The Florida Gators certainly overachieved in 2012.
Despite a new starting quarterback and numerous other question marks on both sides of the ball, Will Muschamp's squad was able to beat some of the top competition in the country. After a surprising 11-win season, the Gators made a return to the BCS party.
But will they have similar results this season?
I do not see it happening for multiple reasons.
For now, here are the four biggest ones.
Florida's defense was the dominant unit last season, and that should once again be the case this year.
Although most Gators fans are optimistic that the offense will improve, it is hard to imagine a huge spike in production after only one offseason.
The obvious question mark is Jeff Driskel. Will he be able to combine his freakish athletic talent with improved pocket presence and have a solid season? Perhaps, but he will not immediately rise to the level of A.J. McCarron or Johnny Manziel.
Well, at least the odds are very slim.
Then there is the wide receiver problem that has existed since the Tebow era. Aside from Quinton Dunabr and Demarcus Robinson, no other Florida receiver seems to be a trustworthy contributor.
Even if Driskel improves, the Gators offense may not have the firepower to complement a solid defense.
Ask any other team in the country, and each one will tell you that Florida's 2013 schedule is extremely tough.
The Gators will face usual SEC heavyweight foes such as LSU, South Carolina and Georgia. In addition, teams like Tennessee and Arkansas will be trying their hardest to spring an upset.
As if these clashes weren't enough, the non-conference lineup includes tilts against both of Florida's in-state rivals: Florida State and Miami.
There could conceivably be four or more losses scattered throughout this lineup if the Gators are as inconsistent as they were last season.
Although I still think that is an exaggerated prediction, I do not see any way in which the Gators can finish the year without a loss or two. Thus, I think another BCS appearance is not in the cards as many seem to believe.
Losing players to graduation and the NFL is no excuse for a bad season. After all, it's something that every team has to go through after every season.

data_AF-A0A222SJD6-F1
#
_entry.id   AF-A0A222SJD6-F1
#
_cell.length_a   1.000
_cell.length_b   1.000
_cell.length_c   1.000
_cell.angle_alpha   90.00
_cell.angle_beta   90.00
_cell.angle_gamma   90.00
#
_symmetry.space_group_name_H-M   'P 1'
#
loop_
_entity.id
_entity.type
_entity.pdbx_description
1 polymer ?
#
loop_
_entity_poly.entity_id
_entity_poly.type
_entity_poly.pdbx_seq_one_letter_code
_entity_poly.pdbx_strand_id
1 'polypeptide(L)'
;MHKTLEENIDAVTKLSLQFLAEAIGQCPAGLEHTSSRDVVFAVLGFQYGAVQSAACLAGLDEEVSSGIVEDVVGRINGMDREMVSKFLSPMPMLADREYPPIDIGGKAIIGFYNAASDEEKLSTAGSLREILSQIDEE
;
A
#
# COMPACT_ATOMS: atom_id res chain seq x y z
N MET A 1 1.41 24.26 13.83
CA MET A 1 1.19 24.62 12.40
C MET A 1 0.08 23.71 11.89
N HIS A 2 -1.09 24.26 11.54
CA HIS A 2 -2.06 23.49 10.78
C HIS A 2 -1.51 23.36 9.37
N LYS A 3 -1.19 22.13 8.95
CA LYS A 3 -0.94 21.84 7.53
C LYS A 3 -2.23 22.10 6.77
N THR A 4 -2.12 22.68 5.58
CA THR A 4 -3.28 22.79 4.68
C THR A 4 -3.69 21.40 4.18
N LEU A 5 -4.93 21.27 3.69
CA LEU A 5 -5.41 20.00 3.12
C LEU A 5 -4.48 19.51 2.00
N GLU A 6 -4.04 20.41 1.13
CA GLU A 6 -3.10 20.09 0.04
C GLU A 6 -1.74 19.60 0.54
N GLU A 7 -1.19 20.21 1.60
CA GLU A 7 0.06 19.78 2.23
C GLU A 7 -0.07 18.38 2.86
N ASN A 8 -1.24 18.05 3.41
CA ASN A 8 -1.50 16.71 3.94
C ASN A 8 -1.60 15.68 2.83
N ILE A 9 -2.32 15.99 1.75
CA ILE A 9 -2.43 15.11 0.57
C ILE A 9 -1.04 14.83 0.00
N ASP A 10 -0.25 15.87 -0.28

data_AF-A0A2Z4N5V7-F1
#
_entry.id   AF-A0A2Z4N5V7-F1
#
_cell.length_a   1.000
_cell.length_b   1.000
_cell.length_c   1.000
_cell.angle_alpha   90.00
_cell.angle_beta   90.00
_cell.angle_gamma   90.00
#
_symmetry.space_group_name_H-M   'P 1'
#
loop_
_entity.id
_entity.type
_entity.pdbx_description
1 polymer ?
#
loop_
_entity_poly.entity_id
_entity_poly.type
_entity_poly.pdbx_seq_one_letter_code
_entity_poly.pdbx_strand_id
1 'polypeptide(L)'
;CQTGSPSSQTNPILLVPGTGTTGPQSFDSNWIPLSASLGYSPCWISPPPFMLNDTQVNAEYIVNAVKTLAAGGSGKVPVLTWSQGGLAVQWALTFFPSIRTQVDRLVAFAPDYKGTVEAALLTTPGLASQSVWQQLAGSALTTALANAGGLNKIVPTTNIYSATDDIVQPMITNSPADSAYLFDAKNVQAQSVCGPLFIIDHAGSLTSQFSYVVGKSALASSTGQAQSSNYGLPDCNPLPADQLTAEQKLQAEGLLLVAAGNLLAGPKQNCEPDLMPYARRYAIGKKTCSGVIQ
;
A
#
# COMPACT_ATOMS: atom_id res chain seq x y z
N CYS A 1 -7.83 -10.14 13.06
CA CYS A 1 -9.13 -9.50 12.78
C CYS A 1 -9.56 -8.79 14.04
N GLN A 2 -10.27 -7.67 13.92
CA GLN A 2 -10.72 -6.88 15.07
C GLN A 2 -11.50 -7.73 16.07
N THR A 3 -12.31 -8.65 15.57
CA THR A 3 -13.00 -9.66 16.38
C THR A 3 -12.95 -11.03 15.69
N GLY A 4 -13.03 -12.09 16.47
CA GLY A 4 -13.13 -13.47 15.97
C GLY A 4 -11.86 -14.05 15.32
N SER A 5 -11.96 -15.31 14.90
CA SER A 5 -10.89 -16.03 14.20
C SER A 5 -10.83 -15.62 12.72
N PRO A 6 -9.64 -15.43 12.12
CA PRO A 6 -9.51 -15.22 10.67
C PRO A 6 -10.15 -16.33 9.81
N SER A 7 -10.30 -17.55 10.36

However, the Gators were hit pretty hard following the 2012 campaign.
Despite having talented athletes to replace them, the fact remains that many of the key pieces from last year's surprising squad are no longer in Gainesville. Matt Elam was as dependable a safety as one could have asked for, and Mike Gillislee was a warrior at running back. They are just two on a list that also includes Jon Bostic, Sharrif Floyd and Jordan Reed.
Sure, Antonio Morrison and Jonathan Bullard are ready for expanded roles. But what about everybody else? Can Keanu Neal, Brian Poole and Jaylen Watkins fill the voids at safety? Can Clay Burton or Kent Taylor emerge as a target for Jeff Driskel?
There are a lot of unanswered questions in terms of replacements for departed contributors. Ultimately, these losses could spell trouble for the Gators.
Caleb Sturgis and Kyle Christy formed a potent one-two punch last season as special-teams superstars.
Unfortunately, it will be extremely difficult for the Gators to have similar reliability at those respective positions this season.
Christy is not a big worry by any means. Still, his performance last season was exceptional. Duplicating that success will be a very tough task.
The bigger conundrum is at kicker. Whether Austin Hardin or Brad Phillips wins the starting role, the trust level that came with Sturgis will be gone. By the time Hardin is a senior, he may merit his hype as a high school recruit. Right now, however, it is hard to have confidence in either of them if the game is on the line.
There will be times during the season when Florida needs a big kick to change the outlook or result of a game. Right now, it is not clear if there is a player who can get the job done in such cases.